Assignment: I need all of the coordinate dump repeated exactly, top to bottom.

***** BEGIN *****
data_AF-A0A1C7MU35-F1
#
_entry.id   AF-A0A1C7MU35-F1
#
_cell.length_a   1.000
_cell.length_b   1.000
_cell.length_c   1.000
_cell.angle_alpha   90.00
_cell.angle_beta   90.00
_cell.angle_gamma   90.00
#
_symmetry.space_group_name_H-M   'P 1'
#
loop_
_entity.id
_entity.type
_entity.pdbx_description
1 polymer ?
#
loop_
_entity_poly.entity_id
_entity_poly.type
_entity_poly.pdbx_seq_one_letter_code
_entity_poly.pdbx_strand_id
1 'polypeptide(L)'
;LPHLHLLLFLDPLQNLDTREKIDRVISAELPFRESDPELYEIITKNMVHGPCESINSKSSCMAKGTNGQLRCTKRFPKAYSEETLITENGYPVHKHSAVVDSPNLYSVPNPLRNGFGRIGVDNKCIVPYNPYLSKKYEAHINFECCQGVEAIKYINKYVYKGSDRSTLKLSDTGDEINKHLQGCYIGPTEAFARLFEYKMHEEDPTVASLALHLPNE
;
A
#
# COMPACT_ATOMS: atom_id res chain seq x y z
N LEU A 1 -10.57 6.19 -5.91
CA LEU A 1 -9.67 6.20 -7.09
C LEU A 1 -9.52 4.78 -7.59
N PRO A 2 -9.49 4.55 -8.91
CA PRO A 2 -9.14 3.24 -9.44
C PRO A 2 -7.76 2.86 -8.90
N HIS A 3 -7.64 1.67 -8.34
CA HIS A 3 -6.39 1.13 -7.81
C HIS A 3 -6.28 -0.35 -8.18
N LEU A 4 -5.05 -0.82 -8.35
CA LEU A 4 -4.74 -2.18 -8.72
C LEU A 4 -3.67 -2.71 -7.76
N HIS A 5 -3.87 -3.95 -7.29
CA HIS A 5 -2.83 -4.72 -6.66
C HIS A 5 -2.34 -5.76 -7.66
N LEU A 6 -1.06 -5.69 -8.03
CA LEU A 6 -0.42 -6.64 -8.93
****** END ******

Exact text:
data_AF-A0A1C7MU35-F1
#
_entry.id   AF-A0A1C7MU35-F1
#
_cell.length_a   1.000
_cell.length_b   1.000
_cell.length_c   1.000
_cell.angle_alpha   90.00
_cell.angle_beta   90.00
_cell.angle_gamma   90.00
#
_symmetry.space_group_name_H-M   'P 1'
#
loop_
_entity.id
_entity.type
_entity.pdbx_description
1 polymer ?
#
loop_
_entity_poly.entity_id
_entity_poly.type
_entity_poly.pdbx_seq_one_letter_code
_entity_poly.pdbx_strand_id
1 'polypeptide(L)'
;LPHLHLLLFLDPLQNLDTREKIDRVISAELPFRESDPELYEIITKNMVHGPCESINSKSSCMAKGTNGQLRCTKRFPKAYSEETLITENGYPVHKHSAVVDSPNLYSVPNPLRNGFGRIGVDNKCIVPYNPYLSKKYEAHINFECCQGVEAIKYINKYVYKGSDRSTLKLSDTGDEINKHLQGCYIGPTEAFARLFEYKMHEEDPTVASLALHLPNE
;
A
#
# COMPACT_ATOMS: atom_id res chain seq x y z
N LEU A 1 -10.57 6.19 -5.91
CA LEU A 1 -9.67 6.20 -7.09
C LEU A 1 -9.52 4.78 -7.59
N PRO A 2 -9.49 4.55 -8.91
CA PRO A 2 -9.14 3.24 -9.44
C PRO A 2 -7.76 2.86 -8.90
N HIS A 3 -7.64 1.67 -8.34
CA HIS A 3 -6.39 1.13 -7.81
C HIS A 3 -6.28 -0.35 -8.18
N LEU A 4 -5.05 -0.82 -8.35
CA LEU A 4 -4.74 -2.18 -8.72
C LEU A 4 -3.67 -2.71 -7.76
N HIS A 5 -3.87 -3.95 -7.29
CA HIS A 5 -2.83 -4.72 -6.66
C HIS A 5 -2.34 -5.76 -7.66
N LEU A 6 -1.06 -5.69 -8.03
CA LEU A 6 -0.42 -6.64 -8.93